This week’s news about the former Chair of The Co-operative Bank has shone a spotlight on the leadership of mutual organisations. But much of the comment has conflated the personal antics of one individual with a wider failure in mutual governance.
This is misguided because it does not properly take account of the particular nature of The Co-operative Bank’s structure and how it differs from most other mutuals.
The first thing to say is that The Co-operative Bank is not a co-op – rather it is a subsidiary company of a co-op. This is important because its sole shareholder (currently) is The Co-operative Group. The Co-operative Group itself operates a democratic governance structure that is common to UK consumer co-ops, with directors elected to the board from its consumer and corporate members. Consumer members are ordinary individuals, but corporate members are themselves businesses, and typically will nominate their chief executives to the Board. So although dominated by lay members, The Co-operative Group automatically has business expertise on its board with five of the directors themselves chief executives of independent co-operatives.
The board of the Bank is structured differently and today has five independent professional non-executive directors (IPNEDS) in addition to one nominated from the Group Board plus the Group Chief Executive. Since the summer, when the former chair stepped down, the Board has been chaired by one of the IPNEDS, who has significant banking expertise. Much of the commentary on The Co-o Bank’s structure has missed these facts and is critical of a system that has already been reformed.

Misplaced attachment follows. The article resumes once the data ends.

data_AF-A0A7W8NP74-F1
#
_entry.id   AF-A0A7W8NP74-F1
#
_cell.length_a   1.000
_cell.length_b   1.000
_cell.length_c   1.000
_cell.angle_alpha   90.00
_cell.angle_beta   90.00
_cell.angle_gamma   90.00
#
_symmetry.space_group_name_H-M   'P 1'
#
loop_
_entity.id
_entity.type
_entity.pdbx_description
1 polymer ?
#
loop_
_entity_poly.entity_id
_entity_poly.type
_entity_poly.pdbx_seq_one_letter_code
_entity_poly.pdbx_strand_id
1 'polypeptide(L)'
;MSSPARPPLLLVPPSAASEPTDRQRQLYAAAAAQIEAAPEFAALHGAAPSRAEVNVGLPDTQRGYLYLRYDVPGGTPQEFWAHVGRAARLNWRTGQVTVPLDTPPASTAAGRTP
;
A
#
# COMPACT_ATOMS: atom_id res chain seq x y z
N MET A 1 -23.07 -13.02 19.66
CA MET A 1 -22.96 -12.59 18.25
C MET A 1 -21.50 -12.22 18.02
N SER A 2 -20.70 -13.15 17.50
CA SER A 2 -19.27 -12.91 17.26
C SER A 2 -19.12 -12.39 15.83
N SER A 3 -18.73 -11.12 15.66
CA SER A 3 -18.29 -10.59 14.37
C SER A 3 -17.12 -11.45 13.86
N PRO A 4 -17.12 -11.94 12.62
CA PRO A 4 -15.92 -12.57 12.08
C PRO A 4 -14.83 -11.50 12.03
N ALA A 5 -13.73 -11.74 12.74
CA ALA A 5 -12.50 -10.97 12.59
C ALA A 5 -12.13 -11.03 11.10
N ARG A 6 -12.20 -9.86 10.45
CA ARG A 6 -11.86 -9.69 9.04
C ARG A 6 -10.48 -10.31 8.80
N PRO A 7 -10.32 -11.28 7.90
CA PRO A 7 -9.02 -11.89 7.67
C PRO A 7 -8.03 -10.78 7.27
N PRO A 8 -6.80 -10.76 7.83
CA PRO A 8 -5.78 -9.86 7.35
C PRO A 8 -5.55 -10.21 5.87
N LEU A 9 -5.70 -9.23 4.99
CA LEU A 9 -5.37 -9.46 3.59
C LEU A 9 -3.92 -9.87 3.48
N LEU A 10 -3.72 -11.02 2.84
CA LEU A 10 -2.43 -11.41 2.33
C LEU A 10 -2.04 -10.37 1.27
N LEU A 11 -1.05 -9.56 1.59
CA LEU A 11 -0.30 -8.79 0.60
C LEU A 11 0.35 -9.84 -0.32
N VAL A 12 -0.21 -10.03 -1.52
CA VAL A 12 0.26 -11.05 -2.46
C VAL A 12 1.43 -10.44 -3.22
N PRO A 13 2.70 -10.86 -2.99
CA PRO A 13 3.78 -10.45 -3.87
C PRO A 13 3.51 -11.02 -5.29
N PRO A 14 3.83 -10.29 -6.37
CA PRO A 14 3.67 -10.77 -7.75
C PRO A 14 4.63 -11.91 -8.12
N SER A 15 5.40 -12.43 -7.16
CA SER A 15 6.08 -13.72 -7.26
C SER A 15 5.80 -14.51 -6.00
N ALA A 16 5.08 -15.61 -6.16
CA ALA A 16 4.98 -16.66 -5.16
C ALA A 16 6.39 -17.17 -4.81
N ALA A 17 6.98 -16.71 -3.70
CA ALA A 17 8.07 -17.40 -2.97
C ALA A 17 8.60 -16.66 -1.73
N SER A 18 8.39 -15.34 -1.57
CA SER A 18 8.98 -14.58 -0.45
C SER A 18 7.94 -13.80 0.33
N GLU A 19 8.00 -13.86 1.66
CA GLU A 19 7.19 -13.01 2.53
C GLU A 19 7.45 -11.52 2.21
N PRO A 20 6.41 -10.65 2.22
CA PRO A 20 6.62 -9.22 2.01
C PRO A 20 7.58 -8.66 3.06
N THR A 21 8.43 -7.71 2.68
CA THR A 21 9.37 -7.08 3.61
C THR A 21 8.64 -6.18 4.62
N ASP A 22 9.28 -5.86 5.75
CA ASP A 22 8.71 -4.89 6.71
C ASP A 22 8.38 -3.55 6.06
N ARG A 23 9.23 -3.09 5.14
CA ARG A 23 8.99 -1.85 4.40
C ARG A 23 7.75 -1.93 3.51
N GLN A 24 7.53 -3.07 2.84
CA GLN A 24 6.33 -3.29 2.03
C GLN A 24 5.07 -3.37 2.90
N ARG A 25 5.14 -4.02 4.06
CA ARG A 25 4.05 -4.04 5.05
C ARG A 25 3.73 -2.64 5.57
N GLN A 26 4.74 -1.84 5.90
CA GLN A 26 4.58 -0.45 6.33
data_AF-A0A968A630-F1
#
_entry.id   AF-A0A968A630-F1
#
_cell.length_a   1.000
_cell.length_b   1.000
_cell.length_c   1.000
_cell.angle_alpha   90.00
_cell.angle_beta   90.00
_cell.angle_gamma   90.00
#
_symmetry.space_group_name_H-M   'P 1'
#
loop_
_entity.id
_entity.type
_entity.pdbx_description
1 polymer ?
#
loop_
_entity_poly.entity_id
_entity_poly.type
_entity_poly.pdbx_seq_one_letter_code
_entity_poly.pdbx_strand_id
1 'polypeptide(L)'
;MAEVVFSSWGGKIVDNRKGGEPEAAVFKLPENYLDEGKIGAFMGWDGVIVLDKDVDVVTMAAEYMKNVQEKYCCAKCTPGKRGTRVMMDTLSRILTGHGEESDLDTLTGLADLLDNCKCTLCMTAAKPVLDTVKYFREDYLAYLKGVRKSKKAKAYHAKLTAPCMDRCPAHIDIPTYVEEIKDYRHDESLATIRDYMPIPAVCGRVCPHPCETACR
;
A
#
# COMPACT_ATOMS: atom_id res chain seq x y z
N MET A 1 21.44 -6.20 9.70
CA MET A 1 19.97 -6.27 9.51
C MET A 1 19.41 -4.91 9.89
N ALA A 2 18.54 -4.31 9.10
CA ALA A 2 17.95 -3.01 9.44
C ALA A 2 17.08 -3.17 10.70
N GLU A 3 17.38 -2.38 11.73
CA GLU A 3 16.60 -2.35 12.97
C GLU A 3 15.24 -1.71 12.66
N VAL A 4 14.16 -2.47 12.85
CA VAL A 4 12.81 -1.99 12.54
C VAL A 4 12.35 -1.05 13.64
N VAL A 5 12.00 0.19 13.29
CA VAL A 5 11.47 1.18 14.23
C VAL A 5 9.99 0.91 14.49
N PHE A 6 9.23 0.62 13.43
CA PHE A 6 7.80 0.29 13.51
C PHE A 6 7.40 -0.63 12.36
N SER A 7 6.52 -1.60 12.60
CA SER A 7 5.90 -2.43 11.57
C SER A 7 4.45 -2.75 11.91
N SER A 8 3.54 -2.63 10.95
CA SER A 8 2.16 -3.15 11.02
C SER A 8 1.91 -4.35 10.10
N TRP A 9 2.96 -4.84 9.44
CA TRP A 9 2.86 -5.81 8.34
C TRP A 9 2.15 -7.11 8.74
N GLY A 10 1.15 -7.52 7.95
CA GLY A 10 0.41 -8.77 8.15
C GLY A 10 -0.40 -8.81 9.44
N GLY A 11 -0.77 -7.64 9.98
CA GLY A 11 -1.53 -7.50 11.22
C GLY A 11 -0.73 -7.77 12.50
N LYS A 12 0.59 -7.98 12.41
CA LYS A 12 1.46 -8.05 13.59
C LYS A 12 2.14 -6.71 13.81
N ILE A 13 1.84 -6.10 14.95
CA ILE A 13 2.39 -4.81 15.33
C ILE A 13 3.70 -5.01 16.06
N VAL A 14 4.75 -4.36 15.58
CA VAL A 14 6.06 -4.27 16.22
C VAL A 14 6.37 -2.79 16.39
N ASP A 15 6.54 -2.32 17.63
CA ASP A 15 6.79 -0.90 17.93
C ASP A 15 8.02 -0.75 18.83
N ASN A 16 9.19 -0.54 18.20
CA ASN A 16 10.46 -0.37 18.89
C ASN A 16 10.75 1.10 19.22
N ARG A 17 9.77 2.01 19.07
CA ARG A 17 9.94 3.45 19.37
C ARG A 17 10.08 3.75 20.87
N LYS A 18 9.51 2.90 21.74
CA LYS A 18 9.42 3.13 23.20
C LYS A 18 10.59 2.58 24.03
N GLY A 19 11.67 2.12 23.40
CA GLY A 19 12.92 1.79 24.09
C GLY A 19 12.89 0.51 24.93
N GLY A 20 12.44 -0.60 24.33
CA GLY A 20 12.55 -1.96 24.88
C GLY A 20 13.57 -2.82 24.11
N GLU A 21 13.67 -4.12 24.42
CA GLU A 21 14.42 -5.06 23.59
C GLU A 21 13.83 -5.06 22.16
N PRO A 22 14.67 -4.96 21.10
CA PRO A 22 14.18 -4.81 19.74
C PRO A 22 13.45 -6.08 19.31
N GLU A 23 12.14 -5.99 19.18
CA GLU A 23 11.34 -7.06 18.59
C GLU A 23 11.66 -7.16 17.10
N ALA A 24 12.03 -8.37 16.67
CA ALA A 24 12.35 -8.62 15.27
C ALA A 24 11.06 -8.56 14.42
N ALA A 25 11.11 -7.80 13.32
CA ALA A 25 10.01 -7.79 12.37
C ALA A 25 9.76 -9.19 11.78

More widely, it’s also important to note that the structure at The Co-operative Group bears little resemblance to that common in the rest of the mutual sector. Building Societies, Friendly Societies and Mutual Insurers all have boards that are accountable to their members, but they differ from The Co-op Group in that they are not elected from their members. Directors are generally elected once they have been nominated by their Board on the basis of their skills and experience.
Indeed, governance in mutuals is progressing further. For example, the new wave of mutuals providing public services – such as NHS foundation trusts, housing mutuals and co-operative schools all have a clear delineation of the role of the individual member in governance. They are all managed by boards of executive and non-executive directors selected for their relevant skills, and the board is then separately accountable to individual members through a second tier structure of elected representatives.
It is to these and to the many successful international examples of mutual governance that the Co-operative Group should now look in considering how it can improve on its historic structures. In the meantime, mutuals continue to thrive in the UK, in financial services and elsewhere.